The Cherokee Heritage Center, Cherokee Nation — Oklahoma
The Cherokee people have a very long and sad history. They were once the most integrated tribe in the United States with large plantations, newspapers, theaters, and everything else that comes with a “modern” society. Then the United States decided they wanted it all and forcibly removed them, along with several other Southern tribes to “Indian Country” in what’s now Oklahoma. The Trail of Tears ensued as the indigenous population of the American South lost everything.
To get a real handle on what happened, a trip to The Cherokee Heritage Center in Tahlequah, Oklahoma is crucial. The center has a village set up as it would have been in 1710, a Trail of Tears museum, an art gallery, and several events throughout the year devoted to all things Cherokee. There’s also an education wing that focuses on cultural outreach and a genealogy department for tribal members to trace their heritage. It’s a full experience and you’ll walk away wiser for having absorbed it.
Admission is only $8.50 per adult and Saturdays are free for everyone.
National Museum of the American Indian — Washington, DC
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Seneca girl holding a puppy in her lap; on the ground in front of her are apples. Seneca Nation of Indians, New York; 1904–1908. Photo attributed to Alanson B. Skinner (1885–1924). P28303. We would love to be able to give the young girl’s name, but it doesn’t appear in the museum’s records. 🐶 Happy National Puppy Day! 🐶 #nationalpuppyday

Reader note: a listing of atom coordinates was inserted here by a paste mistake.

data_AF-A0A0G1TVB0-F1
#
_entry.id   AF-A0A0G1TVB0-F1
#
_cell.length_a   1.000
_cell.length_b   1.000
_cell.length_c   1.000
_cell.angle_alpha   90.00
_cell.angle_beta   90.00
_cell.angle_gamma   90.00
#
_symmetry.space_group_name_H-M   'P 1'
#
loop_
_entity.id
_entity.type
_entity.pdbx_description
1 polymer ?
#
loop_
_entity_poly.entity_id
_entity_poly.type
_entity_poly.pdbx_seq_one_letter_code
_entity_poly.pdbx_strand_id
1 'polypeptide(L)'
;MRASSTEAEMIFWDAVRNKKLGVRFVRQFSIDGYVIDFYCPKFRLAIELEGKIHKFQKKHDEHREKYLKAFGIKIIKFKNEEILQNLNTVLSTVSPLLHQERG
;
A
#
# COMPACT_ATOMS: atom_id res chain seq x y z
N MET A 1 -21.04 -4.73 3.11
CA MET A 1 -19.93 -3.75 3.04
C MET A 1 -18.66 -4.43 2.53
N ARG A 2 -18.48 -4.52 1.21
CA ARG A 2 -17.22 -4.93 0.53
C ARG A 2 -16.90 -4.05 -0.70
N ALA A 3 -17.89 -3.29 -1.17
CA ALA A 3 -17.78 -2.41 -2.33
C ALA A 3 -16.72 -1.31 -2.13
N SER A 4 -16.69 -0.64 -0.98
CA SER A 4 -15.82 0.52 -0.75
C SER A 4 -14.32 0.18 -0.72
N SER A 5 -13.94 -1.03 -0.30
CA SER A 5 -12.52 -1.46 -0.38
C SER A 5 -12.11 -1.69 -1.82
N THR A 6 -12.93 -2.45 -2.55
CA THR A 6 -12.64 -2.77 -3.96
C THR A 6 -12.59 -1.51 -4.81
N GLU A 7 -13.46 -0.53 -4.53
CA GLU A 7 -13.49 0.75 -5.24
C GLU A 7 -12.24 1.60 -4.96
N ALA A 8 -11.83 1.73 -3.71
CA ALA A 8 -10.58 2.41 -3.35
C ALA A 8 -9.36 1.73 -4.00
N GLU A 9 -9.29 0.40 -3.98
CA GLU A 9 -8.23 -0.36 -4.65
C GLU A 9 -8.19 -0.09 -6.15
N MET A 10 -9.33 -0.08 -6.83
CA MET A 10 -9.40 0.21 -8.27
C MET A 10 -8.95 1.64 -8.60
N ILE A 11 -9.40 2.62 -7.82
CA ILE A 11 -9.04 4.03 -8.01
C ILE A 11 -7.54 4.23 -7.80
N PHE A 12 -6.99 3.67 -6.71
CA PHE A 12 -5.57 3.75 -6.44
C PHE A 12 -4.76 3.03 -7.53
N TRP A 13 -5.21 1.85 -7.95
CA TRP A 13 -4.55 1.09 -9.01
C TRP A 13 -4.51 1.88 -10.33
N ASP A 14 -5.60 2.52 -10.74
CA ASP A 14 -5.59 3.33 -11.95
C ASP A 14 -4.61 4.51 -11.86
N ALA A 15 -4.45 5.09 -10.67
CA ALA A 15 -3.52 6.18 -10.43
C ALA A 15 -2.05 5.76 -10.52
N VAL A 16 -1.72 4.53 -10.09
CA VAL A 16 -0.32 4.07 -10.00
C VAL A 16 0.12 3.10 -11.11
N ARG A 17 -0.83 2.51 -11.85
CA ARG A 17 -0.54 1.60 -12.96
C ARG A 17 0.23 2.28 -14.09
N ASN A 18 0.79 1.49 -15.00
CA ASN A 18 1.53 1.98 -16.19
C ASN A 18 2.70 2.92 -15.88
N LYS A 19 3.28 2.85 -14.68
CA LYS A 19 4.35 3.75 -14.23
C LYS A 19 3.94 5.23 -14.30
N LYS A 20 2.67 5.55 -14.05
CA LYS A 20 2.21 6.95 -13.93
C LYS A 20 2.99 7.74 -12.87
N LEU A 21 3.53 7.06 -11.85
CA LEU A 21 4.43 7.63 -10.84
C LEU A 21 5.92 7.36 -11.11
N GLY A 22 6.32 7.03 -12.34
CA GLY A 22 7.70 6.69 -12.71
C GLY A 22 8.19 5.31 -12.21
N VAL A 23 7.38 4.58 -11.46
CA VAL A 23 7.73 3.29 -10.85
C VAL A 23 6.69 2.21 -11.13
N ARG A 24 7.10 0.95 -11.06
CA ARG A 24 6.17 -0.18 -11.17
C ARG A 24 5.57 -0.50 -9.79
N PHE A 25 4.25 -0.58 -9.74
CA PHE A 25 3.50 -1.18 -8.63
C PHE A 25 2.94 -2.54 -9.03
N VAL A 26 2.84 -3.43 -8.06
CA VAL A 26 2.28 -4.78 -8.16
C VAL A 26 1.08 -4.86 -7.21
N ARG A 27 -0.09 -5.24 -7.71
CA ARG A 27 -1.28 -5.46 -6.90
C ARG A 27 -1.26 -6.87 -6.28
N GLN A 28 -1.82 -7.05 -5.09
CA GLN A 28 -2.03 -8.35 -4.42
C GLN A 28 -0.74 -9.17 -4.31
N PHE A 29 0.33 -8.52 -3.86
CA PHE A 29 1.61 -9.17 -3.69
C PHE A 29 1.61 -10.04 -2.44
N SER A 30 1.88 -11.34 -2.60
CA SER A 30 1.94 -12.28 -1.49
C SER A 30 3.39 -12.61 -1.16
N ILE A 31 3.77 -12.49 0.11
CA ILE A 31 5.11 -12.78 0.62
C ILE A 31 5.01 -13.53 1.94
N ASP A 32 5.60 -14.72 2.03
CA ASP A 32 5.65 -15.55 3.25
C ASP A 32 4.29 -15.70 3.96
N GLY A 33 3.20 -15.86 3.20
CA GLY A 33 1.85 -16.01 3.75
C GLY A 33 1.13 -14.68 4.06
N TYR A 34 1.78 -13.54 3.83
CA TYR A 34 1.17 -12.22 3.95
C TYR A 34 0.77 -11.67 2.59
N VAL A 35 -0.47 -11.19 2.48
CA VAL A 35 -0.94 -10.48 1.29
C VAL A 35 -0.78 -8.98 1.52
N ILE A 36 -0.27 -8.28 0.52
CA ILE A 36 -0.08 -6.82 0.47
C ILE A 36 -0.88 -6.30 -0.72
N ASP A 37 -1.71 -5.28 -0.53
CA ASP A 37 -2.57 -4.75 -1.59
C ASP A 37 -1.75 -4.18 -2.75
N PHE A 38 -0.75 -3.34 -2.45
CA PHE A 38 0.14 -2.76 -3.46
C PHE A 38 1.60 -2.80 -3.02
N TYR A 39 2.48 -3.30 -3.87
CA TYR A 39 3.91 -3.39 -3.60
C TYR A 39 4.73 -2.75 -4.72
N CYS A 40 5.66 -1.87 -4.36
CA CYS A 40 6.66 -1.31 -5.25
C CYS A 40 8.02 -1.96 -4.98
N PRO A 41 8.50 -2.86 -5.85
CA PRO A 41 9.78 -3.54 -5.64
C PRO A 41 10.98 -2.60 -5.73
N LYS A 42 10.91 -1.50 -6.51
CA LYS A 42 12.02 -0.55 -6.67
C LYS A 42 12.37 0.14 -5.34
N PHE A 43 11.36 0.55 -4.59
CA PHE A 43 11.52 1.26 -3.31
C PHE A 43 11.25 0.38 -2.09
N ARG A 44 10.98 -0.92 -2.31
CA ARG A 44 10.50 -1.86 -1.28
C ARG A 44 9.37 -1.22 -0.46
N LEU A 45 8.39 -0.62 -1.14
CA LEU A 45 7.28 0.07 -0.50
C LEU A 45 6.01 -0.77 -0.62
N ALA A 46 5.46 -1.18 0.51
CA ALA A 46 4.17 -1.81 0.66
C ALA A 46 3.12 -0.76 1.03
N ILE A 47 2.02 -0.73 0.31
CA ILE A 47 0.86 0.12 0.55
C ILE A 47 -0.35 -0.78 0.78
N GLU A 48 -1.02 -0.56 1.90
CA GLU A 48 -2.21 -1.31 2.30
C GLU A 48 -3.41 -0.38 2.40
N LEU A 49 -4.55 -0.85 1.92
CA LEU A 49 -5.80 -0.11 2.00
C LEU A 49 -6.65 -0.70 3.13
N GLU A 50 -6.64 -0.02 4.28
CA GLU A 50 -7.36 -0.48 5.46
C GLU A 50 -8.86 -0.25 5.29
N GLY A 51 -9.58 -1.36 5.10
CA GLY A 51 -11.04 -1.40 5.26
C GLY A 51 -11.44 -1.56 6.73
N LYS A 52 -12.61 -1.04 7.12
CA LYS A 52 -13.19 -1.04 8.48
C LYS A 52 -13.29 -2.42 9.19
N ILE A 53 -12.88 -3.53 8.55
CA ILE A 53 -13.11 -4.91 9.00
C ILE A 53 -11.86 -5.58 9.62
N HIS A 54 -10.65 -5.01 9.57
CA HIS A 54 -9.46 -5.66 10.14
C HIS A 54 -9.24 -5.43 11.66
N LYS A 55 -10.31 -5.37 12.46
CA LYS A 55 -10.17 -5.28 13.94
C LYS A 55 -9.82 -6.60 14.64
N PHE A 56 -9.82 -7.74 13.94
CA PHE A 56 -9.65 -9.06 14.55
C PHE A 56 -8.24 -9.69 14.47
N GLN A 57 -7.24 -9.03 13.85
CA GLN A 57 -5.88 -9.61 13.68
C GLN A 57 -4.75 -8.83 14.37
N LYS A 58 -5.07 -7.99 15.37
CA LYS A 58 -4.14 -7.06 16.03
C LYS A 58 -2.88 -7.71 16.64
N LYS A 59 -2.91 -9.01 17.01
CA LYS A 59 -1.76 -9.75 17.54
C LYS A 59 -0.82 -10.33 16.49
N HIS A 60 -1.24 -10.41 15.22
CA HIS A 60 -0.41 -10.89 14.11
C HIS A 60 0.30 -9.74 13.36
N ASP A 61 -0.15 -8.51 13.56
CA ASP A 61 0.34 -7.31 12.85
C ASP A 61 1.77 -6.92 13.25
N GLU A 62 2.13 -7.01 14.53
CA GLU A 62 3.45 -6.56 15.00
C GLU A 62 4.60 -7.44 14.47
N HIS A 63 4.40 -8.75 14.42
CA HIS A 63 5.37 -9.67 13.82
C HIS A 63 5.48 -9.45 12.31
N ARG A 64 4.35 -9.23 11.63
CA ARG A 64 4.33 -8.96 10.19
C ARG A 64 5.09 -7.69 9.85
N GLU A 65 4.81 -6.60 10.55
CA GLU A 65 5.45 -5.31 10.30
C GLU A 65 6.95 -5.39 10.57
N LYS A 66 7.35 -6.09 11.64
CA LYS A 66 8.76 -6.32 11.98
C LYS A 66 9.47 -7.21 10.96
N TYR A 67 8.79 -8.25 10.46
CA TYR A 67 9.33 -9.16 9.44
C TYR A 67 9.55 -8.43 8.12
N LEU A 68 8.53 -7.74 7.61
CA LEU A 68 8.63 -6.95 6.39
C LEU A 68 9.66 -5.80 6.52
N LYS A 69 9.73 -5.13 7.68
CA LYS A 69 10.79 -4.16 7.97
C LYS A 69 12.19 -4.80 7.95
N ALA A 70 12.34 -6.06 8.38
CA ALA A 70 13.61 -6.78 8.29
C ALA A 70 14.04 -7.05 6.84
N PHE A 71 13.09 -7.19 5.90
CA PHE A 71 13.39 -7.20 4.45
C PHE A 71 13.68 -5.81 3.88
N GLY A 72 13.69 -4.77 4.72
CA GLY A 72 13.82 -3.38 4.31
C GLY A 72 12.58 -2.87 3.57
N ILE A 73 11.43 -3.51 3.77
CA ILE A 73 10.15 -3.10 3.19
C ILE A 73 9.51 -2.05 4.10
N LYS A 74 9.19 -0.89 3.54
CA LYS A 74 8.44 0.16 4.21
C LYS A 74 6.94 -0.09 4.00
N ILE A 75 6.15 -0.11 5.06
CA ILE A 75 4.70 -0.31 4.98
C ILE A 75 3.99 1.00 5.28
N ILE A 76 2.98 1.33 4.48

Lastly, a trip to Washington, DC, and the National Museum of the American Indian is an absolute must for all Americans. The museum house exhibits touch on the 500+ cultures that were decimated by manifest destiny over the last 400 years.
This year is an especially important time to hit the museum as they’ve started parsing the broken treaties and actions of the US government that led to extermination. The museum also launched the “Americans” exhibit that dives deeply into how the “image” of the stereotypical American Indian has been highjacked, perverted, and at times celebrated for commercial products and national pride over the centuries to present day. The whole museum is a masterclass in Native American life with a killer indigenous food court to boot.
The museum is free for everyone.